Read an Excerpt
The Genius of Jinn
By Lori Goldstein
Feiwel and FriendsCopyright © 2016 Lori Goldstein
All rights reserved.
The force makes the walls shake. The force — not of magic — but simply of him.
"Ta-da!" The announcement precedes his leap into the open doorway.
Hairy Larry, arms flung wide and waving his signature jazz hands, lumbers into Farrah's bedroom.
Groans fill the room — from the floorboards under his weight and from the Jinn girls who will one day become my Zar sisters. The five future genies are sitting cross-legged in a circle in front of Farrah's bed. I'm off to the side, shadowed by the palm tree whose ceramic pot I'm leaning against. I brush a low-slung frond aside and smirk at Laila, my ... well, I guess my best friend, as Hairy Larry plants his size-twelve feet directly behind her.
She nonchalantly transfers the throw blanket from her lap to the floor to shroud the oversized book she was reading from.
"Laaaaay-la," Hairy Larry croons as he drops to one knee. "You got me on my knees, Layla." He sticks one jazzy hand under each of her armpits and swoops the petite Laila to her feet. "I'm begging darling please, Layla."
He twirls her around like a rag doll, his mouth hanging open in a goofy grin, before plopping her back onto the ground. Now windblown, her long blond curls have doubled in volume, further dwarfing her. She doesn't bother to smooth them out. Instead, she scooches back next to me and hides behind the protective palm fronds.
"Hana banana!" Hairy Larry cries, moving to the next Jinn girl in the circle. He tousles Hana's tangerine-colored hair with his paw. It's not an actual paw, despite how much it looks like it's covered in coarse brown fur.
Unlike us, Hairy Larry is human. Or so my mother assures me. But he's even taller than she is, and his body is carpeted with dense patches of hair like moss on a tree stump. So, human? I'm still not sure. Unless Sasquatch is human.
And why shouldn't Sasquatch be real?
"Dreama me Mina," he purrs into my next soon-to-be Zar sister's mahogany-colored hair. Mina manages to tuck her round chin to her chest and miss the swipe of his paw, er, hand. "And hey, hey, hey, my Isa's fancy Farrah. Hey, kid."
Farrah, who's normally as jittery as a hula dancer bobblehead, is surprisingly calm in Hairy Larry's presence. She beams at him and her eyebrows rise, disappearing under her growing brown bangs.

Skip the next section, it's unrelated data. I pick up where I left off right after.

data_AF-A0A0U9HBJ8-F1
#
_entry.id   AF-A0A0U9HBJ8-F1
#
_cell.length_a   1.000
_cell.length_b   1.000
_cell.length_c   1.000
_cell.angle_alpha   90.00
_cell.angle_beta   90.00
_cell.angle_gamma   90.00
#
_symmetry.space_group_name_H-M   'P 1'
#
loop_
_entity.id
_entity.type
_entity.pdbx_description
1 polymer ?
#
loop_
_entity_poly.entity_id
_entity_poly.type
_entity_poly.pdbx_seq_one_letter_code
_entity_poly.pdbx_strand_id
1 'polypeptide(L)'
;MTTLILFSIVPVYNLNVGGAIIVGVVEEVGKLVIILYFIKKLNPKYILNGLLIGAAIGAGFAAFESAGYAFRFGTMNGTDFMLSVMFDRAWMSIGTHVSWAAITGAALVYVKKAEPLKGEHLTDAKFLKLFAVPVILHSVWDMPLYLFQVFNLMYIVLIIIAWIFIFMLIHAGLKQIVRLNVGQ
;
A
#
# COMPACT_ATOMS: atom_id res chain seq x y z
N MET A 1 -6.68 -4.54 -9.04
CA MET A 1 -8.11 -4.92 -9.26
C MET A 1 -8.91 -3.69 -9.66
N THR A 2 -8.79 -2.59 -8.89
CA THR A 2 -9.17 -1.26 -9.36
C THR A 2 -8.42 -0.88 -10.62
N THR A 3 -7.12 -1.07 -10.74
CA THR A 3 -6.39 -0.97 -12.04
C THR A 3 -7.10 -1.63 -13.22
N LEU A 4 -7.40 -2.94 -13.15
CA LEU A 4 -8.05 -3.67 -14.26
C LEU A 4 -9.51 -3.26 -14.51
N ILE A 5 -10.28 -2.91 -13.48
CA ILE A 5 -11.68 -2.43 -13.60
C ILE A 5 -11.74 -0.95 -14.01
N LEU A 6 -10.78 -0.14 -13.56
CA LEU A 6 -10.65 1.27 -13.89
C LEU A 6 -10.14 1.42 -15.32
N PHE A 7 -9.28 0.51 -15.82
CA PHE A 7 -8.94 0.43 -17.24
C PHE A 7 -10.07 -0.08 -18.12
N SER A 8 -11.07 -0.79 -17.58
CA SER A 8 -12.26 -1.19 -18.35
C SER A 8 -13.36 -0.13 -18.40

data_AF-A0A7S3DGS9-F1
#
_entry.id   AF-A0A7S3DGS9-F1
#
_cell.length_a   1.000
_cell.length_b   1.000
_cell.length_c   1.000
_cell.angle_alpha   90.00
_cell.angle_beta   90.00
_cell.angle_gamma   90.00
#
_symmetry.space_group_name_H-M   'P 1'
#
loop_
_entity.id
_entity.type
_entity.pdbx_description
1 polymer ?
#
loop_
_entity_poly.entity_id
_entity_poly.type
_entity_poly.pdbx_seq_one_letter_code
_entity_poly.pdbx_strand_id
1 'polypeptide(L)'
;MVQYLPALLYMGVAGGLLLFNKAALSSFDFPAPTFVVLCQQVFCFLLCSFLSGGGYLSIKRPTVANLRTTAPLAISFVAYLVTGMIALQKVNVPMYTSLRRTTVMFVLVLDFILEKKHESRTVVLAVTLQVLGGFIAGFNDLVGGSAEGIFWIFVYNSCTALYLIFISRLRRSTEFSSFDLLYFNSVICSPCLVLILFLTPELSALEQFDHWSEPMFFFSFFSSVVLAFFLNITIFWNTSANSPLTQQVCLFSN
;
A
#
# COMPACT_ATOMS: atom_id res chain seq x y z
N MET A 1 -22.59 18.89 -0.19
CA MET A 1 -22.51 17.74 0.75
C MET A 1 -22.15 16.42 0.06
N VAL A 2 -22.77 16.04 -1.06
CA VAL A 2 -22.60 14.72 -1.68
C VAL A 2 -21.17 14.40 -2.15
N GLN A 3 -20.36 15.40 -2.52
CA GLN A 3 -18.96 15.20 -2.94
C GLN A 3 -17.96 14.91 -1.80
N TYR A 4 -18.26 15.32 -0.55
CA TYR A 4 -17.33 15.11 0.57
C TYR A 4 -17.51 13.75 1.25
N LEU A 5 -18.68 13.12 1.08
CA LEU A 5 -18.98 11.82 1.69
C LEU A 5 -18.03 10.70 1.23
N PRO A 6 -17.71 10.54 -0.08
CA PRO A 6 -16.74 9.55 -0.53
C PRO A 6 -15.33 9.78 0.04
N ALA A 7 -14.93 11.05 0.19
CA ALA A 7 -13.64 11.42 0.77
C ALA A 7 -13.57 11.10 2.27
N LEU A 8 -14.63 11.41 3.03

Hairy Larry has been Lalla Isa's — sorry, Aunt Isa's — boyfriend for the past six years, since we were all seven. And for all those years, every one of her Zar sisters, which includes my mother, has at some point (and with varying levels of insistence) tried to talk her into ending the relationship. It's not that we can't date humans, it's just that we aren't supposed to become too attached. And despite what I think is a very real fear of choking on a hair ball, Isa's attached, all right.
With a clap and a pivot on one foot, Hairy Larry spins in a circle until he once again faces the doorjamb. And me.
"Oh, didn't see you back there, Azra-cadabra! You hiding, girly girl? Hope not from me."
I wasn't. But I am now.
Hairy Larry forms a gun with his thumb and index finger, points it at me, and winks. He clicks his tongue and swivels. When his gun lands on my last Zar sister, now standing with her hands on her sharp hips, he holsters it at his side. She narrows her dark eyes and tucks a strand of jet-black hair behind her ear.
Hairy Larry slides back into the palm tree. "Yasmin," he says, with the barest of nods.
Though none of us yet have powers like our Jinn mothers, Yasmin doesn't need magic to be intimidating. We've all been around long enough to learn that — even Hairy Larry.
"A pleasure, as always," Yasmin says, her tone heavy with sarcasm. She crosses to the bedroom door and curls her hand around the edge. Her long, skinny fingers drum against the painted white wood.
Hairy Larry shuffles to the door. He runs a furry hand over his, ironically, bald head. "You girls don't do anything I wouldn't do."
Yasmin raises her upper lip in what I think is an attempted fake smile but that doesn't make it past a snarl. "Uh-huh." With a jab of her heel, she slams the door in Hairy Larry's face. "What he wouldn't do? Like be so ignorant as to shack up with a member of another species?" She snorts. "Not likely."